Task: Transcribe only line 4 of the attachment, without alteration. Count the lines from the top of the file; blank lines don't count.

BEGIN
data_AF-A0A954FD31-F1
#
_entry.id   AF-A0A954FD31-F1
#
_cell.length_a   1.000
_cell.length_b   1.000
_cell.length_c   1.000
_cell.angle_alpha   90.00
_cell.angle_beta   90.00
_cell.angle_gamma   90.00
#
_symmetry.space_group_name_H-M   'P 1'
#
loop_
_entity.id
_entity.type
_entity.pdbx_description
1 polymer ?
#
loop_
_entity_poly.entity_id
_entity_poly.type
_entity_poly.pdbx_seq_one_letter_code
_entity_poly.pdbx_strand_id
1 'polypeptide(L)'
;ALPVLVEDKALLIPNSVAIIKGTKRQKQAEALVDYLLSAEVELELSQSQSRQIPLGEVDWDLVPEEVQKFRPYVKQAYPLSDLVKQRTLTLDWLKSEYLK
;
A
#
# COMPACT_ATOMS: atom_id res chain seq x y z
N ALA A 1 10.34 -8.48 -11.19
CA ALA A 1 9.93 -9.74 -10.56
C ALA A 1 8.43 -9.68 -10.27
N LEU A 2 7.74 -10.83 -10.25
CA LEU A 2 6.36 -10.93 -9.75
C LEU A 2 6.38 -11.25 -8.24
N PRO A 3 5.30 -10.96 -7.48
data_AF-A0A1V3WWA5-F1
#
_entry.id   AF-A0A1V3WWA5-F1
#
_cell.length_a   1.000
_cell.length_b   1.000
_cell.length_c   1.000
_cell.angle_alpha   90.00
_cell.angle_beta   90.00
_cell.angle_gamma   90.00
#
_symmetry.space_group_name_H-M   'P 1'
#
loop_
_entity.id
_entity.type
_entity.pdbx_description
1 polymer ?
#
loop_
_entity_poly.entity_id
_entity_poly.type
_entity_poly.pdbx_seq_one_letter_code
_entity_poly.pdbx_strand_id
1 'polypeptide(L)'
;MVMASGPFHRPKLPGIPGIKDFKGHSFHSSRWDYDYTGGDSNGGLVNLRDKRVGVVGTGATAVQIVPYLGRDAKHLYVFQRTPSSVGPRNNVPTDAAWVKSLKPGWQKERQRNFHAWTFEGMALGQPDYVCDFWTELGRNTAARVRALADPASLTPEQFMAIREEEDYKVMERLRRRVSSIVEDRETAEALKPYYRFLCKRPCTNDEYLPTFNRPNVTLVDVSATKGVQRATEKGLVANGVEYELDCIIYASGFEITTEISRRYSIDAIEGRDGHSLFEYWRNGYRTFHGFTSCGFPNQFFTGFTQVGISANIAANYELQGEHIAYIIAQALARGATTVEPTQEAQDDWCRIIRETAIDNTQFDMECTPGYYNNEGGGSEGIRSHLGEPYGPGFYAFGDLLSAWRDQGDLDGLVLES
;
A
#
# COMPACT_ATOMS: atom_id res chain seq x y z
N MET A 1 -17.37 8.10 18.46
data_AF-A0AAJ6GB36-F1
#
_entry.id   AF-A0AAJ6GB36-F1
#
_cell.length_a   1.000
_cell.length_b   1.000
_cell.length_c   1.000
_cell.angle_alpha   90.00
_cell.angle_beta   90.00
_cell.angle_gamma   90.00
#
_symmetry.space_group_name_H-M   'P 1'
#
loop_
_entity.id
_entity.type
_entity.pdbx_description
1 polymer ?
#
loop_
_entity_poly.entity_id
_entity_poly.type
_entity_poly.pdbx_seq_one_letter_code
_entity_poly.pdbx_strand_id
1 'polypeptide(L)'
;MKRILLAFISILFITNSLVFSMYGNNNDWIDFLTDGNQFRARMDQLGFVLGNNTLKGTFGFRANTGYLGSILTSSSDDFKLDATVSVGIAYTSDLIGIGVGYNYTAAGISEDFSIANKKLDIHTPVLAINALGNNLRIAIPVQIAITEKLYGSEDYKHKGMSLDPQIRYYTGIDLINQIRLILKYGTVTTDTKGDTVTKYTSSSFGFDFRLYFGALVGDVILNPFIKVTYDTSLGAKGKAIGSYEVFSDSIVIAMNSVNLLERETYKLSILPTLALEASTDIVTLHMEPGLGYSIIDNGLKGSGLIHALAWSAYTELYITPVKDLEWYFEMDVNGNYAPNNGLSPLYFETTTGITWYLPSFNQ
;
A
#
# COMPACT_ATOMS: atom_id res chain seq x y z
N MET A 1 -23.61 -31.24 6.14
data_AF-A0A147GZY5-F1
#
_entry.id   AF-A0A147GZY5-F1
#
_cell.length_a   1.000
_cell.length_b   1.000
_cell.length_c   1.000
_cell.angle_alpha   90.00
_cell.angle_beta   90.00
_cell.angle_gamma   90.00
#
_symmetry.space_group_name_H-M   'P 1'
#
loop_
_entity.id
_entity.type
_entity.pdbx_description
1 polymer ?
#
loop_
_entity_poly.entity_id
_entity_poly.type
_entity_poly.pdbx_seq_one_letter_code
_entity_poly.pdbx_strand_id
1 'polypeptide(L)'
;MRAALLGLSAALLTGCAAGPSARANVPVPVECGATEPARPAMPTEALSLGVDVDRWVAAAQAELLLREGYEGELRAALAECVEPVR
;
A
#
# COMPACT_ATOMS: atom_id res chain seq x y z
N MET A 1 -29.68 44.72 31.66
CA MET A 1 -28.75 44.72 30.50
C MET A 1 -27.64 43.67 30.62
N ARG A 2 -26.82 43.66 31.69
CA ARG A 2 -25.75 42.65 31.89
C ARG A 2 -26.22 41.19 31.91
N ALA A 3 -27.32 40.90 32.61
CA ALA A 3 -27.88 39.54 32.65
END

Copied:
#